“That was against Ray Close’s daughter Sarah, and we were watching, I was so nervous, covering my eyes because she was getting hit all the time. Afterwards she said to me ‘don’t you come back mummy, you’re putting me off’.”
A friend and fellow Translink employee, Alastair McFadzean, was a coach at Gerry Storey’s famous Holy Family gym in the New Lodge, and asked Damien about bringing one of their emerging young talents down to St Agnes’s to show Michaela the ropes.
“I had been telling Alastair she couldn’t get any sparring, so he said about bringing a young fella called Ryan Burnett down to take her round…”
“Take me round?” laughs Michaela, “he beat the head off me!”
After bringing Aidan and Michaela up to Holy Family to return the favour, the starry-eyed young siblings were soon hooked on the history and the buzz of a gym that not only included Burnett and Olympic bronze medallist Paddy Barnes, but had also produced the likes of Hugh Russell and played a major part in Carl Frampton’s amateur career.
“As soon as we walked in through the Holy Family doors, these two didn’t want to go back out. That was it,” says Damien.
“It just had an atmosphere, there’s something compelling about it. When you walk through the door, the ring was flat on the ground. That day the sun was shining in through the windows, Gerry’s a charismatic fella, and 10 years they were there…”
Those occasional move arounds with Burnett soon became a regular occurrence. He was on his journey to big things already, with an Olympic youth gold medal just around the corner before a professional career that would see him unify world titles in the bantamweight division.
Aidan Walsh knew he was sharing a ring with somebody special, and came to idolise his older sparring partner. Indeed, Michaela loves to tell the story of the time Burnett arrived at the gym sporting a new pair of jeans and Timberland boots, only for Aidan to arrive wearing the same the following week.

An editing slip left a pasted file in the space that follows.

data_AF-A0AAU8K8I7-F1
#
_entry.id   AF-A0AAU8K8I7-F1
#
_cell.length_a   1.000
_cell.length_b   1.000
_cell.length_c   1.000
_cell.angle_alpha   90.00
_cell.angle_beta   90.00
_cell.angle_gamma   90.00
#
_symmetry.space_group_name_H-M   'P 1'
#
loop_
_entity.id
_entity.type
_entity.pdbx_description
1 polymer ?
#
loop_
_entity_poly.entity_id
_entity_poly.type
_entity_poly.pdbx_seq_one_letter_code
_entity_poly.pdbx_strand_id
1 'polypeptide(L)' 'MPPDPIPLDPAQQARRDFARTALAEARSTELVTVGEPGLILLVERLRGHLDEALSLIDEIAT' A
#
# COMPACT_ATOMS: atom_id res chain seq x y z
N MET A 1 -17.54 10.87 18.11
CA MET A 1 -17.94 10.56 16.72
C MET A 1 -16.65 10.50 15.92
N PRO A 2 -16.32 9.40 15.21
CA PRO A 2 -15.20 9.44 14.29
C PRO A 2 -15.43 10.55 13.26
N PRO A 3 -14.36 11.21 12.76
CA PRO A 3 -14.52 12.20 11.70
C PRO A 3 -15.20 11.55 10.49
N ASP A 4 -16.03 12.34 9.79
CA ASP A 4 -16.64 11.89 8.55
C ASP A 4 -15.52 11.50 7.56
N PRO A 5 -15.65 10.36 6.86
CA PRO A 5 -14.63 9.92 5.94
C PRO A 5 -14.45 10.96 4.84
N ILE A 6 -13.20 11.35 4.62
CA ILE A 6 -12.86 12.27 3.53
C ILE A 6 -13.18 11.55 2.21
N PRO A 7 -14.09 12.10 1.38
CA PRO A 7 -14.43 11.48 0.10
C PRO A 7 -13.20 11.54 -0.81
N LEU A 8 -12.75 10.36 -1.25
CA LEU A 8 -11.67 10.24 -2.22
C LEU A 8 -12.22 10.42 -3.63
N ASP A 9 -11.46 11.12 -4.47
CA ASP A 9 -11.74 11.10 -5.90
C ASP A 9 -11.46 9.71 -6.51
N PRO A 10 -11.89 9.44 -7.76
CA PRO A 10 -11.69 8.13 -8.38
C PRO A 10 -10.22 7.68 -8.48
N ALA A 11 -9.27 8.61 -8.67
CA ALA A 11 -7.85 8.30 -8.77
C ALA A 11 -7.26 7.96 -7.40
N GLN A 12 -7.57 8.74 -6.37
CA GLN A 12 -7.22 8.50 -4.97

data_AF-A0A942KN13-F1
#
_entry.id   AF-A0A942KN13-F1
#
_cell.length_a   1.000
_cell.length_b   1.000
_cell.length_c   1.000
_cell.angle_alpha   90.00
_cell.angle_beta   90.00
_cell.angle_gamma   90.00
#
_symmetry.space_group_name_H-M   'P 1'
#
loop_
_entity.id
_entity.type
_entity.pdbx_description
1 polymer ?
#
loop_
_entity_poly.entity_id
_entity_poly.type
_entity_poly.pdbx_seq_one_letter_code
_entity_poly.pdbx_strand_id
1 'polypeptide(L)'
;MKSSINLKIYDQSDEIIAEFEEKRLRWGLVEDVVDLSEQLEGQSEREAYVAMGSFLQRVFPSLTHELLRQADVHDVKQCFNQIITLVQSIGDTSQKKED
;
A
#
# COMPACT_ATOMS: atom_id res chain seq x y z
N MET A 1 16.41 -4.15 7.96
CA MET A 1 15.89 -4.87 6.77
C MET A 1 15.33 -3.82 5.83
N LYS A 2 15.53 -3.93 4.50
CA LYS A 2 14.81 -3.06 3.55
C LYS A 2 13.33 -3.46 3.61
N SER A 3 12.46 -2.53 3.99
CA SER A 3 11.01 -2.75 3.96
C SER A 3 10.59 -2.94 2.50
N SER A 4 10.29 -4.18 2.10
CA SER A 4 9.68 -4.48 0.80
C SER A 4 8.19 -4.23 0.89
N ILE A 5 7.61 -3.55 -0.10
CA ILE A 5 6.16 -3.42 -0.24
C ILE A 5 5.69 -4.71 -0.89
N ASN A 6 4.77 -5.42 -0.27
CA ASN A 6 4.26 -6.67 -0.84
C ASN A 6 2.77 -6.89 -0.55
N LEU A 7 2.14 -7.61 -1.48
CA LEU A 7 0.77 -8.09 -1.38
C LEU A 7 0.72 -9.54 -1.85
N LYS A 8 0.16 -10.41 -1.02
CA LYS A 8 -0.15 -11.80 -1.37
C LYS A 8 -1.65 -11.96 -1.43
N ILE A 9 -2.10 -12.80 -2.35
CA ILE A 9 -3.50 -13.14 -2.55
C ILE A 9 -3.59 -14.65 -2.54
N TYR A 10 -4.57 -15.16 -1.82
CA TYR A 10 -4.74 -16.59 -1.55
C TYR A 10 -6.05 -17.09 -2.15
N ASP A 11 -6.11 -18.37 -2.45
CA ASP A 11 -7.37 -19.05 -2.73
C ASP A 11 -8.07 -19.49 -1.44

“Everybody was laughing their head off,” she says.
“He was loving it,” smiles Aidan, “the exact same boots and exact same jeans - same top and all. I just wanted to be like him.”
Burnett was becoming a fan of theirs too.
Plenty came through those doors and plenty went back out over time. But there was something different about these two – their focus, their dedication. It set them apart.
“At the start, when I used to spar with Aidan, it was always like me playing about with a kid,” recalls Burnett, who called time on his career two years ago.
“But over the years he just kept getting better and better, and then one time we sparred and he got the better of me – he gave me a few digs in the chops, and I had to get really serious with him, just to be able to hold my own. That day always stayed with me.
“From then, he has just kept progressing and improving, and it’s the same with Michaela. When they first came I was always a lot more skilled but then they just kept catching up with me, bit by bit, and both of them always had this determination about them. They were really hard driven.
“That was the thing about the Holy Family too - we all had someone in the gym who we were competing against. I was always competing with Paddy, Paddy was always competing with Carl Frampton, Aidan and Michaela Walsh were competing with me… we had the Upton boys and loads of other really good fighters too.
“We were lucky enough to be one of those gyms where there was a lot of talent, so it was a really competitive environment. We all brought each other on.”
Brother and sister pushed each other too.
The more success Michaela achieved, the more determined Aidan would become. Seeing what it meant to her younger brother, and the pride he got from seeing her do well, Michaela never let her standards slip.
“I get my competitiveness from her,” says Aidan.
“If Michaela had got to a certain age and then packed boxing in, I probably would have packed it in too because I just followed along with what she was doing.
“I was always seeing her going down to Dublin, or going away with the Irish team, so when she won an All-Ireland, I wanted to win an All-Ireland, and so on. She was setting my goals.”